Thank you for all the responses.

I saw the movie. I can’t say for sure that I’d do a mercy killing, but I’d sure as shootin’ do what I could to make the sin worthwhile by taking out as many of them as I could before they got me.

This does lead to an interesting question: what about when a military chaplain picks up a gun and starts shooting? I’m pretty sure this was reported from early in the Iraq War.

My thoughts are that the person who shot the burning person would not be guilty of sin only if he was one of the legal executioners and the shooting was authorized as part of the execution protocol (such as a coup de grace at firing squad executions). Otherwise, he is working outside of the law and is therefore guilty of murder as he is directly causing the death of the person, reasons notwithstanding.

Of course, I speak objectively. In reality, there’s just too much emotion and subjectivity in such a scenario that I wouldn’t be able to judge the state of the shooter’s soul.

You can’t say what you would do until you were in a situation that severe. I imagine the producers of the movie slid that moral dilemma into the movie on purpose. It’s hard for a person not to be understanding of it.

Dying in a fire is extremely painful and extremely brief. You’ve got about 10-15 seconds once you’re engulfed and then you black out. I’ve got a question then: if you had a relative dying of terminal cancer and was being eaten away over the course of several months, would you still have the same opinion, or would you allow them to cling on until they died a natural death? What about in the final weeks where they may not even be able to hardly communicate at all? In terms of overall misery, which one do you think suffers more? The cancer patient or the person engulfed in fire?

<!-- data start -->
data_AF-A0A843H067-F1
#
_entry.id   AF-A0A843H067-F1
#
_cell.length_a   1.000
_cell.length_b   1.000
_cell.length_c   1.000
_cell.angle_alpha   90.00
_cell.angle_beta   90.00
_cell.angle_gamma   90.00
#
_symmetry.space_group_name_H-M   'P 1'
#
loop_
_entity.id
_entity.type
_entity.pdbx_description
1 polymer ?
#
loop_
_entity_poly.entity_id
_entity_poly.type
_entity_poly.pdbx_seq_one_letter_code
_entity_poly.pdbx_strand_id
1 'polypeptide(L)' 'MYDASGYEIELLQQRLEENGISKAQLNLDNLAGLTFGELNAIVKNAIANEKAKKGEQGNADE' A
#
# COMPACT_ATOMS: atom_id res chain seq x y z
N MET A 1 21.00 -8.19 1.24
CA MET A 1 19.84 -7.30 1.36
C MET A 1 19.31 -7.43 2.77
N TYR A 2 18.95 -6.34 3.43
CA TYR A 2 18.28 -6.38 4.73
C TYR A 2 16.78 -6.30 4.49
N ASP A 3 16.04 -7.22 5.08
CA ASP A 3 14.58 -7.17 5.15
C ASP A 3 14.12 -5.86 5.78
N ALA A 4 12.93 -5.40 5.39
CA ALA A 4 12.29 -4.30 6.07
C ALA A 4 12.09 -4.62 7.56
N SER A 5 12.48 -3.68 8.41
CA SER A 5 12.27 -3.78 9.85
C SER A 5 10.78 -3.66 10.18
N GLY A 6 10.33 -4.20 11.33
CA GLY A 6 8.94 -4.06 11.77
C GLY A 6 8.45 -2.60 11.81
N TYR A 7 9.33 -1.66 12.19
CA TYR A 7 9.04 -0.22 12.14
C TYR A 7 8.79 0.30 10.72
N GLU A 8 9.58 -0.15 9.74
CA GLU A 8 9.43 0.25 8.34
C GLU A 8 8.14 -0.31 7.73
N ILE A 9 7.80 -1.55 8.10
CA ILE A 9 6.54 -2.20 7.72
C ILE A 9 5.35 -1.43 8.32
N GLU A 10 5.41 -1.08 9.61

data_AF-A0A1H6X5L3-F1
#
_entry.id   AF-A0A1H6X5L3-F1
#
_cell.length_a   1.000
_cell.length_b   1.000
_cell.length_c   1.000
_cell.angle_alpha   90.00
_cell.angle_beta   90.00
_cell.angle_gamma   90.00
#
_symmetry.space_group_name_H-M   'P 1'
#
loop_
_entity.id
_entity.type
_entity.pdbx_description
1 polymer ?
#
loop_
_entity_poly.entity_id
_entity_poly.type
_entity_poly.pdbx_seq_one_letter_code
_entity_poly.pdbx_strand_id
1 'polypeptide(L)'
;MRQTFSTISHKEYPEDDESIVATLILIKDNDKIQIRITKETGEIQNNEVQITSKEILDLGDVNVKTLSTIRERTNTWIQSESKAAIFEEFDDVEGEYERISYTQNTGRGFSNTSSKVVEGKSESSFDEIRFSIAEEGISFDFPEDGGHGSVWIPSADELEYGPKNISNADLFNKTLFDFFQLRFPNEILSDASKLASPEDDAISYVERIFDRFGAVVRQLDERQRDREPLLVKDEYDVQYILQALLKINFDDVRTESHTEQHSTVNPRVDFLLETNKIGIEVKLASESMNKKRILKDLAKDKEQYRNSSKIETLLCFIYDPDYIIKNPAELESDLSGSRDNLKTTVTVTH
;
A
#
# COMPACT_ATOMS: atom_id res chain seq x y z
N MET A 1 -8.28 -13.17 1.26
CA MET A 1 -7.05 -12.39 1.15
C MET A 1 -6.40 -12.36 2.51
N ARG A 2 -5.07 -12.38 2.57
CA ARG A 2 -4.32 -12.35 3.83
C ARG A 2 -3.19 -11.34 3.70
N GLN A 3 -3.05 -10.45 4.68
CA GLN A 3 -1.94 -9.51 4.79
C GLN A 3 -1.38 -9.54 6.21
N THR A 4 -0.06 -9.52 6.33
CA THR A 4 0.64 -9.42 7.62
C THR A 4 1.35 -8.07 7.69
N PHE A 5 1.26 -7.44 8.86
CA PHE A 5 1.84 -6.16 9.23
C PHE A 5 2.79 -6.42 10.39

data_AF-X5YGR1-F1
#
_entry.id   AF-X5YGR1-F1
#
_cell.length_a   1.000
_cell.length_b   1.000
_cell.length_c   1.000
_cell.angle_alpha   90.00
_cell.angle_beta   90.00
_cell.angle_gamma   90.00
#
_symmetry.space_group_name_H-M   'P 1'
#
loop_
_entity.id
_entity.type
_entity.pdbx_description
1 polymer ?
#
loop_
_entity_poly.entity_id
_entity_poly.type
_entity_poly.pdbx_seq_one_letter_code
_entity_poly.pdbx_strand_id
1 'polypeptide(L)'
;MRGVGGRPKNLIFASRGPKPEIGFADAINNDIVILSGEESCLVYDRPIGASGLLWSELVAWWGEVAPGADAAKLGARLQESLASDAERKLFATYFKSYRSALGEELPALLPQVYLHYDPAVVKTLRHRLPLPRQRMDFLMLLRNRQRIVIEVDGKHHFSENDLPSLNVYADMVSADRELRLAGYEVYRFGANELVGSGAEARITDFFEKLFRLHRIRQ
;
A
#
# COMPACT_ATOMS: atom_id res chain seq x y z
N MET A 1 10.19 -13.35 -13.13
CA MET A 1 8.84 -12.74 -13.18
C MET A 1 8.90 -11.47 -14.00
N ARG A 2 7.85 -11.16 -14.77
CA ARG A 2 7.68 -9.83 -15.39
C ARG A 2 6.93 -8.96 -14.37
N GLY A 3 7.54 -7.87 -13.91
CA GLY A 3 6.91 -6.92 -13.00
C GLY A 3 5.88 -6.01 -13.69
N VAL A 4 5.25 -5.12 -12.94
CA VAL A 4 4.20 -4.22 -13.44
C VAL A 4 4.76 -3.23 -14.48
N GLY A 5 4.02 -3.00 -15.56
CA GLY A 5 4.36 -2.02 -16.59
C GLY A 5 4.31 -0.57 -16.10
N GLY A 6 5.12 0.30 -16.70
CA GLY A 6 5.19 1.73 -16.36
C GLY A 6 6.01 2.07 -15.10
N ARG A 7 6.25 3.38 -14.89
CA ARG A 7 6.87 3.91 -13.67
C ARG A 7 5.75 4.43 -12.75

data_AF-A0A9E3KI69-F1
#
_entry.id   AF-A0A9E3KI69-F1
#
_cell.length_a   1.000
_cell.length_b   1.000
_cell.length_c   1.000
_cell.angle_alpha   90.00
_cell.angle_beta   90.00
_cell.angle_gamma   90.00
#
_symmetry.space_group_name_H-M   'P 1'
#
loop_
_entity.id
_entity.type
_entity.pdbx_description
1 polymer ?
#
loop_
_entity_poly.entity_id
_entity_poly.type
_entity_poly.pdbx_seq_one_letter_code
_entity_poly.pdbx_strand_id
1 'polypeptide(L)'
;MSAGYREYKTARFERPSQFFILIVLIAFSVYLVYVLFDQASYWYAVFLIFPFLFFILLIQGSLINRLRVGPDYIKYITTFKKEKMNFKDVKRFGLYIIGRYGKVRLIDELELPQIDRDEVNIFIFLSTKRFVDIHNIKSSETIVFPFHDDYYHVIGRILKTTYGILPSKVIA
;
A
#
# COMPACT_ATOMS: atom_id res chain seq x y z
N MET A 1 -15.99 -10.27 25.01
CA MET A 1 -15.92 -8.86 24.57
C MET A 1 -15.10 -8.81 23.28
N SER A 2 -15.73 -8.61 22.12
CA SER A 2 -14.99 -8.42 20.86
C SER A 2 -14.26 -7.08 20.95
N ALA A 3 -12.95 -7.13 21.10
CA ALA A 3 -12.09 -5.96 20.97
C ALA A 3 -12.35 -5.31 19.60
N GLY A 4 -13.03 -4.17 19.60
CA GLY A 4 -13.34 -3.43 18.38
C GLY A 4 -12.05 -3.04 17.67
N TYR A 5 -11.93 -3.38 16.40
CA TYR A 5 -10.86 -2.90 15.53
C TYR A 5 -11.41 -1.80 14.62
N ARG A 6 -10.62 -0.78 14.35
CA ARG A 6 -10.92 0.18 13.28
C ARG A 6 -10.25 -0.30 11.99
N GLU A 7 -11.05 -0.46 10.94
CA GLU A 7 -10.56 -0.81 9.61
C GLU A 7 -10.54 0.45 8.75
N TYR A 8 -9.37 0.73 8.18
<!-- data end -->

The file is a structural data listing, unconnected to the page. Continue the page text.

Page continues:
What if you came across a loved one that was ripped apart and dying after a car accident, and there was not an ambulance in sight. Would you also put a bullet in them, or would you stand beside them in that situation in their final moments?

Just some stuff to consider. The scene in the movie was very graphic and was intended to play on your immediate emotions. You don’t have to answer if you don’t’ want to.

You cannot commit an evil act and call it good. Our life is in God’s hands.

I understand your sentiment and would not judge your conviction as sin, but there is something much greater here and that is the recognition that God is Good, Loving and that suffering can accomplish His greater good. It’s all about trust and not usurping His sovereignty.

Just for the fun of wondering, I wonder if in that situation you couldn’t shoot the guy with the intention of wounding him and inducing shock which switches off the pain receptors for a time. Then the guy won’t suffer as much during the process of burning to death which the protagonist is powerless to prevent.

The death isn’t the intention, nor is killing the means to the end. The bullet is used to induce shock to relieve pain. The cause of death is still the fire.

No immoral means, no immoral ends. Just shoot straight! :wink: